I enjoy reading YA, but this book was a little too young and immature for my liking.
A. Howell

Most Helpful Customer Reviews

10 of 10 people found the following review helpful By Della Phipps on January 12, 2010
Format: Hardcover
Boys, Girls, and other Hazardous Materials by Rosalind Wiseman.

I really enjoyed this book, although it brought back some of my own memories about school I'd have rather not remembered. Ms. Wiseman weaves a familiar and believable tale of a high school freshman as she attends a new school. The reader always knows what Charlie, the main character, is thinking and the secondary characters are also well developed. The relationships Charlie has with the others in the book are easy to follow. At times, it is hard to pick out the "good guy," but this is not unusual in a real setting. Ms. Wiseman does not shy away from the issues surrounding our schools today, such as hazing, drinking, bullying, racism, and adults who are focused on things other than the well being of their students.

There are parts of the book that seemed predictable, but the author does a good job of throwing the reader curve balls just when the plot is starting to slow. This book doesn't make the mistake of focusing too much on the adults in the story, but only mentions them when the main characters are in direct contact with them. It is written in the first person and that makes it easy to follow and get wrapped up in; this is one of those books that once you start reading it, you get pulled in and don't want to stop until you see how it is going to end. This is an excellent book for girls who are reluctant readers, or for those who want a quick and enjoyable read. Charlie's voice is fresh and strong, and her character grows throughout the book as she deals with problem after problem. By the end of the book, Charlie doesn't know who to trust, but everything gets resolved, and everyone is happy, except for the bad guys.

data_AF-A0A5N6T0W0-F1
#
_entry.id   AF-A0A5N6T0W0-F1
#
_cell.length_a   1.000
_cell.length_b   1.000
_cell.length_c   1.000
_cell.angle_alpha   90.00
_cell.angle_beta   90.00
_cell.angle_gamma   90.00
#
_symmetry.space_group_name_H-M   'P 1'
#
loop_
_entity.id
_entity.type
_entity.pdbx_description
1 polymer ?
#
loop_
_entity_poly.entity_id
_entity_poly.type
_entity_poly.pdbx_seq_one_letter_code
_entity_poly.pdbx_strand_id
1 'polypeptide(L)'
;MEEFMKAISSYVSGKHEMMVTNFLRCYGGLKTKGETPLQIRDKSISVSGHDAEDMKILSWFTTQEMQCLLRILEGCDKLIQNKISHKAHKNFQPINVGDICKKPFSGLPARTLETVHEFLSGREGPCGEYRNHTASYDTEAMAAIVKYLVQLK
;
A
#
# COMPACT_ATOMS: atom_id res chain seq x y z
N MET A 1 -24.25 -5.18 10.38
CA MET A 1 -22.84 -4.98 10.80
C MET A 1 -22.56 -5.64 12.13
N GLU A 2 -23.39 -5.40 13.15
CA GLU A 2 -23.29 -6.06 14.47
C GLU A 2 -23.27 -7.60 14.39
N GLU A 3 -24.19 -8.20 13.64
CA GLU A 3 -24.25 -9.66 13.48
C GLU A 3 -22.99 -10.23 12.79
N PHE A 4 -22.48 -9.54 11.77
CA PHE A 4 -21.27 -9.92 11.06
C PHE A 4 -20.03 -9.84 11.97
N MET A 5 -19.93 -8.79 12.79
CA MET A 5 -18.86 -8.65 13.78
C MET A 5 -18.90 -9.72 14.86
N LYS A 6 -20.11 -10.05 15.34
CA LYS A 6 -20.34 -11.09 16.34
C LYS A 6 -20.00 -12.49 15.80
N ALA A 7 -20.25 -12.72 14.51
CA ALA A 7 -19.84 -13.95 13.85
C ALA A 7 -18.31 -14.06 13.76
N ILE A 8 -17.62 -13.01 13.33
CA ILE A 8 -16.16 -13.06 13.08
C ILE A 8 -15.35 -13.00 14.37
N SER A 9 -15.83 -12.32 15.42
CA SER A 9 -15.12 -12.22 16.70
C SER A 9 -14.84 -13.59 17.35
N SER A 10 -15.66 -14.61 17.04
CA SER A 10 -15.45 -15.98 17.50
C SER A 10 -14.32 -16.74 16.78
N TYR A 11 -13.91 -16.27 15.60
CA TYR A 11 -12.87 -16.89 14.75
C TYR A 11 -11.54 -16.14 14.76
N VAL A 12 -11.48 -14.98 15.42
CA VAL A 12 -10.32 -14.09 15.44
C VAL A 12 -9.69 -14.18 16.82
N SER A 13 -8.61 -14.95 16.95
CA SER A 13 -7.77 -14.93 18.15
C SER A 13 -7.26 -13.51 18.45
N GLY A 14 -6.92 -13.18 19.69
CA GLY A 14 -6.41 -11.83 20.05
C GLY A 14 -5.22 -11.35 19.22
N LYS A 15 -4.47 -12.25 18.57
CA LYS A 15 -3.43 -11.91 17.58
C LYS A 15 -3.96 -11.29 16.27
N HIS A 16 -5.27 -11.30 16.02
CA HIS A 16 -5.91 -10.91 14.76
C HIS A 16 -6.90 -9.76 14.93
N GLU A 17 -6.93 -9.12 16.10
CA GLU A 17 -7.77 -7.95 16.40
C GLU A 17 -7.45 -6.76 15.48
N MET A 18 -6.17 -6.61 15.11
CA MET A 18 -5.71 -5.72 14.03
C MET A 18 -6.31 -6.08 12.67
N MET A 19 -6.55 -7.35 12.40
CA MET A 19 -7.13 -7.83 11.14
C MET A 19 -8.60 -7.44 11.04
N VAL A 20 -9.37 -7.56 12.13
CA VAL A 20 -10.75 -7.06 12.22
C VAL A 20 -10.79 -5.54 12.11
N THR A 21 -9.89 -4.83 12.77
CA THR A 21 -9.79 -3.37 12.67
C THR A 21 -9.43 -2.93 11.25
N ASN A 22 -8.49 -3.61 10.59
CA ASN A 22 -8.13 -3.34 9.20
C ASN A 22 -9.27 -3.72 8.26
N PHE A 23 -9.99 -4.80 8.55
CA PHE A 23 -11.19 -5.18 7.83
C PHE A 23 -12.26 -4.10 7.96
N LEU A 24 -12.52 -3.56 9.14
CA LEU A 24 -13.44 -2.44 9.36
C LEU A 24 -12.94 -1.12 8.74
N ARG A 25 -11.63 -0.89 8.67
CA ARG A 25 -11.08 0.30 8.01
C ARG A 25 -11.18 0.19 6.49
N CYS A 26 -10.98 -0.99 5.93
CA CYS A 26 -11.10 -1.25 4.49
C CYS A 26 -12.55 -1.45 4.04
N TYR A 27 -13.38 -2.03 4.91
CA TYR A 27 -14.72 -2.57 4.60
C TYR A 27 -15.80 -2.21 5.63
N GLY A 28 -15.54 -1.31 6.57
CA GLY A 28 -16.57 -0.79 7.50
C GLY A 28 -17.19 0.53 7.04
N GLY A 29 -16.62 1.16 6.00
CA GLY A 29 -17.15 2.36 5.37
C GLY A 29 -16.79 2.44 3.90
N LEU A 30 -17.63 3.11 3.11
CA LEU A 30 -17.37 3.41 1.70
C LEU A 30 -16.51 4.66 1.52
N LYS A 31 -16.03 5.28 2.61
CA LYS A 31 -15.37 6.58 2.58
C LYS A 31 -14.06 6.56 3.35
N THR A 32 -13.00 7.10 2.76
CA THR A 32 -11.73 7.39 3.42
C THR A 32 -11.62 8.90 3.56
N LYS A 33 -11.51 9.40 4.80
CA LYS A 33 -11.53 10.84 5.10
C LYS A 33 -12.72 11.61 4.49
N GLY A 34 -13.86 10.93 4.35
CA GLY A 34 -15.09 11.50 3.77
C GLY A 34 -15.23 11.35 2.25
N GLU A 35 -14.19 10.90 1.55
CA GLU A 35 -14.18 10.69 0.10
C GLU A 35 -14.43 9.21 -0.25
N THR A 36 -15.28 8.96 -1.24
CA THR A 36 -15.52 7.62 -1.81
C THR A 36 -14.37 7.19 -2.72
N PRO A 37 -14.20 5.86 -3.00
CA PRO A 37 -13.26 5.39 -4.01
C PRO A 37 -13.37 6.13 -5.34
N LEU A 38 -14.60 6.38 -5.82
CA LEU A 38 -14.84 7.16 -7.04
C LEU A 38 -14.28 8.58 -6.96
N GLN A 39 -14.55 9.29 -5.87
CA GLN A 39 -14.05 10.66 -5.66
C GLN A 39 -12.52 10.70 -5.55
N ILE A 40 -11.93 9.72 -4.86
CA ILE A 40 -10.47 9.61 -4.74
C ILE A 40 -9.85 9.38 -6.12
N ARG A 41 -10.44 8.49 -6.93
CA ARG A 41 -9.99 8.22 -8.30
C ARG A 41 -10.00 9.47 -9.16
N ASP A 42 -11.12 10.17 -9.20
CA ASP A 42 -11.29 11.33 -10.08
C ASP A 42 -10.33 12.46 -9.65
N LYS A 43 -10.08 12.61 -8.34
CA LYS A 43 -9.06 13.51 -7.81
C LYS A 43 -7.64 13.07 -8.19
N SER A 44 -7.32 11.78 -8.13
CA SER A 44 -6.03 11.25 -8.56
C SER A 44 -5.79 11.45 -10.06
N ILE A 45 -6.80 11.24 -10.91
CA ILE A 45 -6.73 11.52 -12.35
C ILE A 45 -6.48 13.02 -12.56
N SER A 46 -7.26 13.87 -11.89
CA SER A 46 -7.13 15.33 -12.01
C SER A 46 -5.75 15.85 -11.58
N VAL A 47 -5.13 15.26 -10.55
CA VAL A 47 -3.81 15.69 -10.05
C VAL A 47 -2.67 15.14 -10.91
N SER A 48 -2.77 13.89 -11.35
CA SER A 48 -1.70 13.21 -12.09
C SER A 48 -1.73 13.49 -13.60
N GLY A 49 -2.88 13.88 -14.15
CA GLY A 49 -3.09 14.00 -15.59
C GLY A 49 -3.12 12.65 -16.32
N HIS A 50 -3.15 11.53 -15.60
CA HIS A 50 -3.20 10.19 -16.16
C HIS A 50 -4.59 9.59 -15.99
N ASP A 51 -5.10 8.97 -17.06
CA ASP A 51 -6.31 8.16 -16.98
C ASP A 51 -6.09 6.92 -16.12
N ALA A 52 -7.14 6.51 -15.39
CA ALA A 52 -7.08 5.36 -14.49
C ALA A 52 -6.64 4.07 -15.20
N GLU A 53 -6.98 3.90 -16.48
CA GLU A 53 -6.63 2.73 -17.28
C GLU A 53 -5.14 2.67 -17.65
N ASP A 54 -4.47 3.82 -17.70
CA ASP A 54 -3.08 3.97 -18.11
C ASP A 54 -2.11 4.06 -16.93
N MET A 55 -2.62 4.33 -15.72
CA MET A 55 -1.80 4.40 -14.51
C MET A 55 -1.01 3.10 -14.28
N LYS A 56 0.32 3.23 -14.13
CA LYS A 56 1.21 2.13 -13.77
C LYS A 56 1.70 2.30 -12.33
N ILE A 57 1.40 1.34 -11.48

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13 of 14 people found the following review helpful By Guinevere R. Rowell on February 6, 2010
Format: Hardcover